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dhdunbar last won the day on April 4

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About dhdunbar

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    Ellensburg, WA
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    Retired from ATF and began consulting for DSP's in 2012. When I'm not working, I like to head outdoors. That can mean simply sitting on the deck reading. Regulation bores me. Helping others deal with it does not.

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  1. Thanks - I figured you got an aging "boost", but you have to pay for two new charred barrels, so $seemed like an expen$ive way to accelerate aging. I guess the economics works out if you crunch the numbes$. :-).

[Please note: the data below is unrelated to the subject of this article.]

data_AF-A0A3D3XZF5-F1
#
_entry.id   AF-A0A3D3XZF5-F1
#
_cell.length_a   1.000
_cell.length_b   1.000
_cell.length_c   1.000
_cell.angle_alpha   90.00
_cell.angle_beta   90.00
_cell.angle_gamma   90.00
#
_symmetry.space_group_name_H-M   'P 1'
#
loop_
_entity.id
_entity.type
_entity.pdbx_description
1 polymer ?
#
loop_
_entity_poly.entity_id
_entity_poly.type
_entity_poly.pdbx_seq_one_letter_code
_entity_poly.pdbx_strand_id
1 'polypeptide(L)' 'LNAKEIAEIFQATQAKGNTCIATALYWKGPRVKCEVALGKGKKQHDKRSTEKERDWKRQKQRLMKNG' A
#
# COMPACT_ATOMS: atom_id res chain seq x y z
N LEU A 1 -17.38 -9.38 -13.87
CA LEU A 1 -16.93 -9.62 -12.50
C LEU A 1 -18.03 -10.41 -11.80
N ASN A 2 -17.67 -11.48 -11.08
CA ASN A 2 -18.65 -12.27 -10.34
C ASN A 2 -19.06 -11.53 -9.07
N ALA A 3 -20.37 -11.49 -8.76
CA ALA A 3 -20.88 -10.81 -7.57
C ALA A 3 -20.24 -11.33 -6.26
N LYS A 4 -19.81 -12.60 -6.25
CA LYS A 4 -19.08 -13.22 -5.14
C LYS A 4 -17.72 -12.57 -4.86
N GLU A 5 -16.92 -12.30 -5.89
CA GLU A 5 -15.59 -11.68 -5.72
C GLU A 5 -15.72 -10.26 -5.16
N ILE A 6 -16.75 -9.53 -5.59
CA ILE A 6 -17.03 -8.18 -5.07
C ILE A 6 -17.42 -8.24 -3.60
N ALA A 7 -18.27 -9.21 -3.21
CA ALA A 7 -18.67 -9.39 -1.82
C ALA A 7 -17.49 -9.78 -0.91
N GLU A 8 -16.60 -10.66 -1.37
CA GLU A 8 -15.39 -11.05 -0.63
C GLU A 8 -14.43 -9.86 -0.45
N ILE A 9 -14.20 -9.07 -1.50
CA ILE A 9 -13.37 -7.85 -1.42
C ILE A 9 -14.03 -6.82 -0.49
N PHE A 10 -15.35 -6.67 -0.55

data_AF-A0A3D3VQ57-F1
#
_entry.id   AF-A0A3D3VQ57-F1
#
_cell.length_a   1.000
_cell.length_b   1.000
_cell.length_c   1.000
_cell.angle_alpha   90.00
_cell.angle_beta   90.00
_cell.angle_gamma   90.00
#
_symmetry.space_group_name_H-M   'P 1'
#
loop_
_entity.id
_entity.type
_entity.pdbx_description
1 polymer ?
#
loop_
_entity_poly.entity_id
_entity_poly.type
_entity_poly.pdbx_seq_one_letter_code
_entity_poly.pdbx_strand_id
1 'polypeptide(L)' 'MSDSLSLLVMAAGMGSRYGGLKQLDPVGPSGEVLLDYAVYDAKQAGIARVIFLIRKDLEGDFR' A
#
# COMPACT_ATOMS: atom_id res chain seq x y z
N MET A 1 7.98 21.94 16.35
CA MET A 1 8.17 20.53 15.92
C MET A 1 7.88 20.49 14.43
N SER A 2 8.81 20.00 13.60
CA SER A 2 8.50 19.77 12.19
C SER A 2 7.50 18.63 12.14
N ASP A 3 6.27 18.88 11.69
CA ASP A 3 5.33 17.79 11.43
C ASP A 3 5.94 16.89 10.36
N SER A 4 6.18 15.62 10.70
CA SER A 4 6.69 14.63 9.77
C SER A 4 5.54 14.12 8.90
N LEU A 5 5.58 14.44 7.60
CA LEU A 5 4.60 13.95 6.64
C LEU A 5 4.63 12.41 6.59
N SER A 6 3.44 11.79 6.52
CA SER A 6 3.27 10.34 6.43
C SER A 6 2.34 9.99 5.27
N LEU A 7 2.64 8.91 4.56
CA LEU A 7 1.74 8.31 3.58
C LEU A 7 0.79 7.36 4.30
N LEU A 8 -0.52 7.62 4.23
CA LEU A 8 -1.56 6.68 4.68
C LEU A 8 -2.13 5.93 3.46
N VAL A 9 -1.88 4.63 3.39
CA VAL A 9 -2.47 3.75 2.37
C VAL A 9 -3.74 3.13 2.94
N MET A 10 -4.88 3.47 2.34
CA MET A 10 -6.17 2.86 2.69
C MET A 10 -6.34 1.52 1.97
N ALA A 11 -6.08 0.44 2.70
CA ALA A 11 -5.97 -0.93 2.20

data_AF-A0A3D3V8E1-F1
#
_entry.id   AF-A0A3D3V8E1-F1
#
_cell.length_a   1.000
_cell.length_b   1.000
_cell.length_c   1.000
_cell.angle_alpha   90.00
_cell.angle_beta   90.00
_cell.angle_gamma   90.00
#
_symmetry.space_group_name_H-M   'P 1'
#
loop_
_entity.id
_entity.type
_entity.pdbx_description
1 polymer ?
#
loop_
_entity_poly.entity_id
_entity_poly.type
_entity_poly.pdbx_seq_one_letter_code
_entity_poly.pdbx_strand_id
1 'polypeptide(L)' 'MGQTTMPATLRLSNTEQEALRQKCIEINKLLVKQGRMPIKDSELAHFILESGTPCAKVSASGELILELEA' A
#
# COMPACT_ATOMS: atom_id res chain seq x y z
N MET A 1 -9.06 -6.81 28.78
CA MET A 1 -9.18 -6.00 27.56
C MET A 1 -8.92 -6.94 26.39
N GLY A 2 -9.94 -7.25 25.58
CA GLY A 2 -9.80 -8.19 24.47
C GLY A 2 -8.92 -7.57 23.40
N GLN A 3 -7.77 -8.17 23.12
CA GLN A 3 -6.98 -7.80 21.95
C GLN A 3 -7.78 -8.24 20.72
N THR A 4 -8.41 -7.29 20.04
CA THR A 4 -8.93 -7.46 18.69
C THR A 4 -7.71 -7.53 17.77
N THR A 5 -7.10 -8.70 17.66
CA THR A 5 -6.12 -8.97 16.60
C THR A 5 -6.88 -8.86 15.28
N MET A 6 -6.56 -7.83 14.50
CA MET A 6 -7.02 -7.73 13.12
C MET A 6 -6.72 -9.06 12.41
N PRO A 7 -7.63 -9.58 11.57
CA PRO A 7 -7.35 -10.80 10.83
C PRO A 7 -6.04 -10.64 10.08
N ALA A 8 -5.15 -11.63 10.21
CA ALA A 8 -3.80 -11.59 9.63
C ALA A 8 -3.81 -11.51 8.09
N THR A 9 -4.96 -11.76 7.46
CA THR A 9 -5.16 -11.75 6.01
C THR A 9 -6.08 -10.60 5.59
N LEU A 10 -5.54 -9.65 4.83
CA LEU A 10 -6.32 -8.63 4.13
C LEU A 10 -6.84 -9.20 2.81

2. One final comment of general applicability. I never ask TTB a question until I have done my best to get an answer. If what they say is not what I understand, then I ask them to tell me how they concluded what they did. I certainly can be wrong, and in the end they make the rules, but I want a citation in support of what they say. I also want to ensure that the person who is giving me the answer is someone vested with the power to speak authoritatively, on that issue, for TTB. I lived by that rule when I worked for the agency. My response was always, here is my answer, here is why I say it, and if you want to rely on it, then send me the question in writing and I will get you an answer in writing. I never resented being challenged either. People had aright to say, on what do you base your dumb answer. Too often TTB employees do not understand their own regulations - who out there who has submitted a label for approval has not experienced the frustration of a WTF denial. Again, TTB may have a policy that transfering from a barre, which was new charred oak when the product went in, into a new, new charred oak barrel, puts an end to the aging process. But, if they told me that when I asked them the "mother may I question," and it actually mattered to me, I would respectfully ask on what they base that answer. I wouldn't try to claim extended age without permission, but I would not shut the door on the possibility, unless, of course, winning the battle was worth it. If it wasn't, then there would be no point. And as a consultant, I always have to ask a client, how much are you willing to pay to fight this out. The answer is often, not what you are going to charge me to do it :-). Perhaps someone can enlighten me on why, other than some marketing claim designed to sell, you would want to go to the expense of double aging? I really am curious about that. I suspect that most consumers can't tell any difference, and, if they have a taster like I have - which is pass the jalapenos please and make that five star subtle - may trip in trying to discern a bourbon from a whiskey made with far less than 51% corn. True confessions - I could probably confuse rum and brandy when both have seen significant time in oak. In fact, I think I have. And there may be witnesses to that too. And how many people who drink Canadian whiskey know that it probably has a significant dose of NSG with compensating flavors added? Or care?